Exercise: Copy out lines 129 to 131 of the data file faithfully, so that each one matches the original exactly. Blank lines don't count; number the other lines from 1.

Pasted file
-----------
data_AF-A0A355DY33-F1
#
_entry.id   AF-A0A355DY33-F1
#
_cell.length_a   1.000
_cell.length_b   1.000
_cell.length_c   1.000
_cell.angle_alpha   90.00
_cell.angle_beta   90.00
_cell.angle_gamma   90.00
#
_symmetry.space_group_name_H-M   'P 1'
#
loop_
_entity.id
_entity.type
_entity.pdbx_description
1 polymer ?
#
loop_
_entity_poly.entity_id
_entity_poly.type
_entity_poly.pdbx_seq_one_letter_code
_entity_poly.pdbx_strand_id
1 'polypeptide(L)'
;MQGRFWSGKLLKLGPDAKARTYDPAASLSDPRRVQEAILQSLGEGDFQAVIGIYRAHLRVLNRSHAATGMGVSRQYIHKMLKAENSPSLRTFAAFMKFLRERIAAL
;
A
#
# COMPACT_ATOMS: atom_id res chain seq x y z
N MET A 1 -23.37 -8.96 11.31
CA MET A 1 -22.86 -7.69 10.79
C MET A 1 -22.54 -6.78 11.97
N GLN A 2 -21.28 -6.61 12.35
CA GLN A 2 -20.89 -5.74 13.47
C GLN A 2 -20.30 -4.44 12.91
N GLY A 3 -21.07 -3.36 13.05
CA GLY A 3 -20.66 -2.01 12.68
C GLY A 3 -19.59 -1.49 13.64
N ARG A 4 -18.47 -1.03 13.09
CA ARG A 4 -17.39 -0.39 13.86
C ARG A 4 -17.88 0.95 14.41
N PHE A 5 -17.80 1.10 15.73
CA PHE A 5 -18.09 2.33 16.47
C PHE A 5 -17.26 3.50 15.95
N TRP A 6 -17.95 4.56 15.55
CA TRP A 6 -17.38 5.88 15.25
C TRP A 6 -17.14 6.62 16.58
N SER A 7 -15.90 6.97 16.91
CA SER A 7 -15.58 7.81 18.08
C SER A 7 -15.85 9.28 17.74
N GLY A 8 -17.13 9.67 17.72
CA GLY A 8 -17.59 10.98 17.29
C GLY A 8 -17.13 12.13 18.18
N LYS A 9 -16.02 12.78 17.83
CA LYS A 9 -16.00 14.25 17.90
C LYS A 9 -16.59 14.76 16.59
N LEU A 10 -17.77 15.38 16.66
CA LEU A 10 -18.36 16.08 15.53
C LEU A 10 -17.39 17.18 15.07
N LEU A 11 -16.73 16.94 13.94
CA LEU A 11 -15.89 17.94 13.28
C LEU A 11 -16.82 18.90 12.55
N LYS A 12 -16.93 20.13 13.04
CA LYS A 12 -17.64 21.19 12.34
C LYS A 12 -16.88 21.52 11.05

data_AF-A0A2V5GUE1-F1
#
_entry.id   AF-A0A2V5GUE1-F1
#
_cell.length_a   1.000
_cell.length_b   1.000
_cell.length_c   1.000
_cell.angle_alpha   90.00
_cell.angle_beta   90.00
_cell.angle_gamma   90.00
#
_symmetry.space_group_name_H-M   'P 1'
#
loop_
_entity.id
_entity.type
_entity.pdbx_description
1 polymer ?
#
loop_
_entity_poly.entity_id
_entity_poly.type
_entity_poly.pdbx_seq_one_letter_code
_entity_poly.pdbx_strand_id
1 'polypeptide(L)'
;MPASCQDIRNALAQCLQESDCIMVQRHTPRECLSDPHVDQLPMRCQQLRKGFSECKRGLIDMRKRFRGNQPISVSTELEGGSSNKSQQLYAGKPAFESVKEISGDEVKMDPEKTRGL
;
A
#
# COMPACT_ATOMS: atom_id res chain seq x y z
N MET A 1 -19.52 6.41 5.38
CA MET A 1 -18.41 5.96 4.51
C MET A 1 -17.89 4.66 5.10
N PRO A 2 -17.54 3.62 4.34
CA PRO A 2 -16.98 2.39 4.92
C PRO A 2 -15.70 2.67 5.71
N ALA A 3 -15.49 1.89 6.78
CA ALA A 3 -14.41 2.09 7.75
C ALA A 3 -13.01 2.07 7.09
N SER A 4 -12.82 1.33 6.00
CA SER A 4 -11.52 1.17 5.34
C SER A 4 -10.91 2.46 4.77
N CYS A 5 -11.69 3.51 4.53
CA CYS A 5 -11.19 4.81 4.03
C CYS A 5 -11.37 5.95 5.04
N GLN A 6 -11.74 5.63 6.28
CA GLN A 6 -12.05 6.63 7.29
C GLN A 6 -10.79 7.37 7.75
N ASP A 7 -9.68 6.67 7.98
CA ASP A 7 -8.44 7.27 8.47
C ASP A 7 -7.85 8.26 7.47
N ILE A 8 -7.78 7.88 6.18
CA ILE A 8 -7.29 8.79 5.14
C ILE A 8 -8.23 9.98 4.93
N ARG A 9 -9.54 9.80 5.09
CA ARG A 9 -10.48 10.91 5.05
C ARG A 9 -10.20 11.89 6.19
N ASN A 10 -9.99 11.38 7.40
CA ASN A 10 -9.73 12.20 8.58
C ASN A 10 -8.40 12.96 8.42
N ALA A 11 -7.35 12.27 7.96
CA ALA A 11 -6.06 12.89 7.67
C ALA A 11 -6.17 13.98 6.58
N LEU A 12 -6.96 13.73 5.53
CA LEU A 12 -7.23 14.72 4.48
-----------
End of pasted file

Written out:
C ALA A 11 -6.17 13.98 6.58
N LEU A 12 -6.96 13.73 5.53
CA LEU A 12 -7.23 14.72 4.48